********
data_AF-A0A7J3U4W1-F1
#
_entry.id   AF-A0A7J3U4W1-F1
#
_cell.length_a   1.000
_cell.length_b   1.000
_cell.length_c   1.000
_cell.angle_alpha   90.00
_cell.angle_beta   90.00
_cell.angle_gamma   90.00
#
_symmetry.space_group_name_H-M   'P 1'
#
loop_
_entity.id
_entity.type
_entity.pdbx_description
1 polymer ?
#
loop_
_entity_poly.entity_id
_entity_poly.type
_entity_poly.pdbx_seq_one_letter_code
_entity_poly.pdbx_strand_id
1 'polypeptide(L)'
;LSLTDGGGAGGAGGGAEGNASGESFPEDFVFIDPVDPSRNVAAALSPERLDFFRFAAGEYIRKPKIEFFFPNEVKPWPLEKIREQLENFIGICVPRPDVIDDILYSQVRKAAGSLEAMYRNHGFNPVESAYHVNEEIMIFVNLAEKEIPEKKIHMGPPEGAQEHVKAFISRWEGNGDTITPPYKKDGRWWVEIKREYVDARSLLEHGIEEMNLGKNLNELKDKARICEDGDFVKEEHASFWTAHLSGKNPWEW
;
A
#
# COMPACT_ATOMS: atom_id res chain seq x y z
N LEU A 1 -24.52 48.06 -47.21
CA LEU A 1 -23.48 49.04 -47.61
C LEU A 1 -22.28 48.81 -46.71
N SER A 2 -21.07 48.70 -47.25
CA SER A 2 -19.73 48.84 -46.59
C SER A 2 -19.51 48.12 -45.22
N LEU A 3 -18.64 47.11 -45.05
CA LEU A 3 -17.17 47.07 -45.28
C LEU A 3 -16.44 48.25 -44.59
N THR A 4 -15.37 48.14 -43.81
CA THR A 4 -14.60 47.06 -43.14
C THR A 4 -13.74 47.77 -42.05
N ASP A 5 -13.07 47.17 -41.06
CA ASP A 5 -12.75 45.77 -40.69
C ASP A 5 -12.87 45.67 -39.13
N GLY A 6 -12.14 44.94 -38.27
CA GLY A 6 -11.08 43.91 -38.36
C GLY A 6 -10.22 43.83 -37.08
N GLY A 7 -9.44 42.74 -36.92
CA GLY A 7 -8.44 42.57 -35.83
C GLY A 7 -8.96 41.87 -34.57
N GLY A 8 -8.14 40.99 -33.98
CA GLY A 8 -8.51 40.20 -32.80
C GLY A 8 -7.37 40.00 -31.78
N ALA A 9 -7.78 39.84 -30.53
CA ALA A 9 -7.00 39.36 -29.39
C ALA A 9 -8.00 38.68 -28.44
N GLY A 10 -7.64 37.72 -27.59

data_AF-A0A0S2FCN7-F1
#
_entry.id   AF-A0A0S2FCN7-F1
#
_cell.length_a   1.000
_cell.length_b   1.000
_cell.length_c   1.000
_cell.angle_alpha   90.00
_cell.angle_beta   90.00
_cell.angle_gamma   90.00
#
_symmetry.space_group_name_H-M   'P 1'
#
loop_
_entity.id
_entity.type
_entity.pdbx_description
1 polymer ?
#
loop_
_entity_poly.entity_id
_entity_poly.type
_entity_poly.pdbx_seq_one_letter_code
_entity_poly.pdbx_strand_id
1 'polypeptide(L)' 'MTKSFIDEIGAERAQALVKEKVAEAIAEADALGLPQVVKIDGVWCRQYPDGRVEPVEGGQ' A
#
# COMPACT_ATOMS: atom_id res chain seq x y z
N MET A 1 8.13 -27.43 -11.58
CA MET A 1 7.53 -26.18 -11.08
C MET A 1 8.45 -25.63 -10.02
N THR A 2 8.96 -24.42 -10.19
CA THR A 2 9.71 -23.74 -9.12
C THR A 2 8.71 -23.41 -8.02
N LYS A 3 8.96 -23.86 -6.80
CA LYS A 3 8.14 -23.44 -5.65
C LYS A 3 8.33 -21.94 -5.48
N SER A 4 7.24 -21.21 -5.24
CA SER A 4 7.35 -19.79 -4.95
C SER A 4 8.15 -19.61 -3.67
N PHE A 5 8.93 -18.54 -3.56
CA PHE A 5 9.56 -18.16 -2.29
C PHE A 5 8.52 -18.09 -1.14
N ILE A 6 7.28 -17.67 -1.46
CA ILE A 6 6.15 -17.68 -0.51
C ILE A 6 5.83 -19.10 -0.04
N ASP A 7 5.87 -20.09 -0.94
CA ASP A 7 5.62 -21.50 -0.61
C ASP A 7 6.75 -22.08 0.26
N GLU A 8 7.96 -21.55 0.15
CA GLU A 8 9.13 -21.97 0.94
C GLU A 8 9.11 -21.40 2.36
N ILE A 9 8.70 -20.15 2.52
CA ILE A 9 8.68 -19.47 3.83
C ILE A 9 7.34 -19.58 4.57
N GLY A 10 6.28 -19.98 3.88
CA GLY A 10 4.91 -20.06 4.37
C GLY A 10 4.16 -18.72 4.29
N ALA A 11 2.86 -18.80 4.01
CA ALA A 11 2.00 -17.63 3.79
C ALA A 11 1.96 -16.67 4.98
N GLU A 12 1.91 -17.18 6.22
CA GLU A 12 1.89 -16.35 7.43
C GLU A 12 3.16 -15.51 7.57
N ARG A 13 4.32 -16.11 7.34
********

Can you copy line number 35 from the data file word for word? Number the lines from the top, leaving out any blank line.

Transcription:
CA SER A 2 -19.73 48.84 -46.59